Miura Kaigan

Three cyclists wave before departing

This year instead of reprising our Okutama two-day adventure, we decided to try Miura Kaigan, past Yokohama and Yokosuka, near the tip of the Miura Peninsula.

The route was mostly flat, with some climbs (and lots of tunnels) in the final 10km. More importantly, though, it was almost all urban riding. The final 10, hilly, kilometers were more rural, but still not very scenic. It was just climb up to the tunnel, descend, climb up to the next tunnel. Tomo was taking her time on the climbs, but she was getting to the top every time, not having to resort to getting off and pushing.

When we finally arrived at our destination, there was a steep descent off the prefectural highway on a concrete road pock-marked with anti-skid features. We were all thinking the same thing: Tomorrow we have to climb back up this!

The hotel offered a nice view of the sunset over the sea, but I didn’t take any photos. After 80km of riding, we just wanted the bath and then dinner. After dinner we watched the latter half of the Rugby World Cup finals in our room.

Mechanicals

I had met the Halfakid in the morning and then we proceeded to the Tamagawa cycling course. The toll from Typhoon #19 was evident here as we passed great mounds of mud and dead vegetation that had been cleared from the playing fields along the river banks. The cycling course itself was covered with mud and dirt in places, and in a couple of places the switchbacks leading under bridges were blocked off and we had to route around them.

At our first rest stop, the Halfakid noticed he was missing a screw from one of his cleats. I have spares — in my flat. As we didn’t have any way of dealing with things on the spot, we just shrugged and continued on. The Halfakid was able to clip in, and we didn’t give it much more thought.

When we left the cycling course at Rokugodote to meet Tomo, though, the Halfakid wasn’t able to free his shoe from the cleat. He ended up unlacing the shoe so he could pull his foot out! Tomo pointed out a cycle shop not far from where we’d met, back in the direction she’d come from, and we made our way there.

The shop doesn’t handle cleats and they didn’t have a spare screw to match, but they were able to free the shoe from the clip. So the Halfakid just asked them to remove the cleat from the shoe, and he stuck that in his pocket and rode the rest of the way with only one cleat.

That was our only issue until the final 10km of the day, where I found that my front derailleur wasn’t behaving again. As we were mostly climbing at this point, and just coasting on the descents, I didn’t worry about it. In the morning I spent a few minutes adjusting the cable tension and all was right once more.

Day 2

Our return trip indeed started off with the go up the steep, pockmarked street leading to the prefectural highway. Tomo had announced her intention from the start to simply push up this climb, while the Halfakid and I were determined to give it a go. It turns out to be a rise of 19m over a run of just 250m, for an average of less than 8%. It certainly seemed steeper than that! The Halfakid — with the steepest gears among the three of us — made it straight to the top, while I made it over the steeper portion and then had to take a rest with just a couple of dozen meters to go. I rested until Tomo (pushing her bike) had nearly reached me, and then pressed on to the top.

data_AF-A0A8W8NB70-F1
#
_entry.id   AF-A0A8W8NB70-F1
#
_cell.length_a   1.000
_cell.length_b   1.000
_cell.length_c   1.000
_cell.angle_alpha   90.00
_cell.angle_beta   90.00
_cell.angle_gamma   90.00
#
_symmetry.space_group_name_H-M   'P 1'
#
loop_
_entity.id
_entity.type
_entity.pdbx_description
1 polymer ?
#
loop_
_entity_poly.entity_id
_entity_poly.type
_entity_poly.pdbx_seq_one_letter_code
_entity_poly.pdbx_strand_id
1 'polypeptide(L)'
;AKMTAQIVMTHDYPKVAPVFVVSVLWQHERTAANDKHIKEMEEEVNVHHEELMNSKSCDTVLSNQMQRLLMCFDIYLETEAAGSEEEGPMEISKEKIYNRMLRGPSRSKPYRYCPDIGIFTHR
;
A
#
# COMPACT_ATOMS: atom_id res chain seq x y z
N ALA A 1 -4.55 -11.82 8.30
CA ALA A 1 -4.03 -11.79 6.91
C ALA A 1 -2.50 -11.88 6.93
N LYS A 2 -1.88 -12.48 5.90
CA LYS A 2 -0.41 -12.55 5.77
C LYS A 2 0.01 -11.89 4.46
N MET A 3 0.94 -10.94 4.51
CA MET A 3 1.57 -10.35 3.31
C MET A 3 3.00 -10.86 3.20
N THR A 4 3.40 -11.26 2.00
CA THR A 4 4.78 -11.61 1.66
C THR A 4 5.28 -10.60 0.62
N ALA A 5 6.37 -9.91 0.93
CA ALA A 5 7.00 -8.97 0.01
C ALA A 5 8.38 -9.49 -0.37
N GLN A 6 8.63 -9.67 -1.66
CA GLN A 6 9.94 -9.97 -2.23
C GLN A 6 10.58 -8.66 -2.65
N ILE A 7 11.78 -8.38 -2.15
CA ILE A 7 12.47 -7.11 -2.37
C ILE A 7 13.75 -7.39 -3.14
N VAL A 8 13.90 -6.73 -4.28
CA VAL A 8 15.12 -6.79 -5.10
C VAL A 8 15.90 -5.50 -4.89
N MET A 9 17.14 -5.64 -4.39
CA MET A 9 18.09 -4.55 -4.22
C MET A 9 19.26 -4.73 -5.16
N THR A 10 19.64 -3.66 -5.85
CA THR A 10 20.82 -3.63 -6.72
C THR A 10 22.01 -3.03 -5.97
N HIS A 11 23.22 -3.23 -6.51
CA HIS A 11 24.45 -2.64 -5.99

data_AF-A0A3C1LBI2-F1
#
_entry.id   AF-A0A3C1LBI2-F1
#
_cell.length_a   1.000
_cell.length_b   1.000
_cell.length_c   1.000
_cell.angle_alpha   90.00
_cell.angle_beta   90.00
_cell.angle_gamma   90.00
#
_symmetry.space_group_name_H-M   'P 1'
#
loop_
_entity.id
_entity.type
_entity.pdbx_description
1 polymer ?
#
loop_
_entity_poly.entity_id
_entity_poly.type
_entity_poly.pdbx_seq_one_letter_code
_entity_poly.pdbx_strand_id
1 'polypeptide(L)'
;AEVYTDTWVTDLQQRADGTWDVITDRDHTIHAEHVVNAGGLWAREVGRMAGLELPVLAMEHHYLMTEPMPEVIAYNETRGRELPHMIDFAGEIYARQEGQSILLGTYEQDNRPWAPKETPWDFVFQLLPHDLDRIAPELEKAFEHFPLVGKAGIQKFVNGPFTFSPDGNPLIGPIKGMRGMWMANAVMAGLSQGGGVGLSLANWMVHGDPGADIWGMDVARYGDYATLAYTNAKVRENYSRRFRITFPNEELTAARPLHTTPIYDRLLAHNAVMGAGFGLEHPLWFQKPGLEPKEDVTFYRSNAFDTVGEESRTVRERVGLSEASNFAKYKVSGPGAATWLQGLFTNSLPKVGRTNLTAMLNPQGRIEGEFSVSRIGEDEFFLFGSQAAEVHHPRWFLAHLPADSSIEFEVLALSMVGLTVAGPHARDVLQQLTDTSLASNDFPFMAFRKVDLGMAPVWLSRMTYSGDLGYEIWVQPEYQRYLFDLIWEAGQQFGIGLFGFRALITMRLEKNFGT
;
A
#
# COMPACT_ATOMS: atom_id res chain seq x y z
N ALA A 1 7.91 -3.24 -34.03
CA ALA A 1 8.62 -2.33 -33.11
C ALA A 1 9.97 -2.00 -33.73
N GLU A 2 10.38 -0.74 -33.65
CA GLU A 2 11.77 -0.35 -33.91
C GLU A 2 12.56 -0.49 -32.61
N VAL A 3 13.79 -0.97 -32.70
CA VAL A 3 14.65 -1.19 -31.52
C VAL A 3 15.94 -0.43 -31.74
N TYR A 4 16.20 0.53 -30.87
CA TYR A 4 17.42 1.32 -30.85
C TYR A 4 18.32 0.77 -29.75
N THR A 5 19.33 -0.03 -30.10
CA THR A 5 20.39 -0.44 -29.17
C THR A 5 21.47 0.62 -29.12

Once at the top, the Halfakid realized he hadn’t turned on his Garmin before starting, and so his effort up this climb hadn’t been recorded. And with that, he turned on the Garmin, descended back to the bottom, and climbed it again!

Three cyclists wave before departing
Preparing to depart

After that, we were on our way. As luck would have it, the climbs up to the tunnels were more gentle on the way home than they had been the first day. As we also knew our way around by this point, and weren’t led off on wild goose chases by the route I’d programmed into the GPS, the ride home was smoother sailing. We felt we were making better time, but at the same time we were racing the threat of rain, which was coming up on us fast.

We got to Yokohama without incident and stopped to rest and snack in the same park where we’d had lunch the day before. On our way from the park through Yokohama’s Minato Mirai, I realized I hadn’t been taking any pictures this trip and so I fired off a couple of snaps as we were waiting at a traffic light.

Yokohama Landmark Tower
Landmark Tower

It’s a straight and very level ride from Yokohama back to Tokyo and we made very good time apart from the traffic lights. We had a brief break at Rokugodote and said goodbye to Tomo. From there we were back on the Tamagawa cycling course, and the Halfakid rocketed ahead in the race against the rain. I caught up with him half an hour later where he was waiting at the end of Futagobashi bridge, and we crossed together and climbed up out of the Tamagawa valley. We had our last rest at the top of the climb.

The ride home after that was uneventful. We all made it home before the rain. Although our average speed on the return trip was slightly lower than on Day 1, our overall elapsed time was half an hour less as we spent less time faffing about Yokohama lost, while the GPS was telling us one direction and our common sense was telling us another. (In the end, our common sense proved to be correct. This time.)

All in all, we had a fun ride that everyone enjoyed. At the same time, everyone said they’d prefer to go back to Okutama next year.

GPS routes to and from Miura Kaigan
Miura Kaigan

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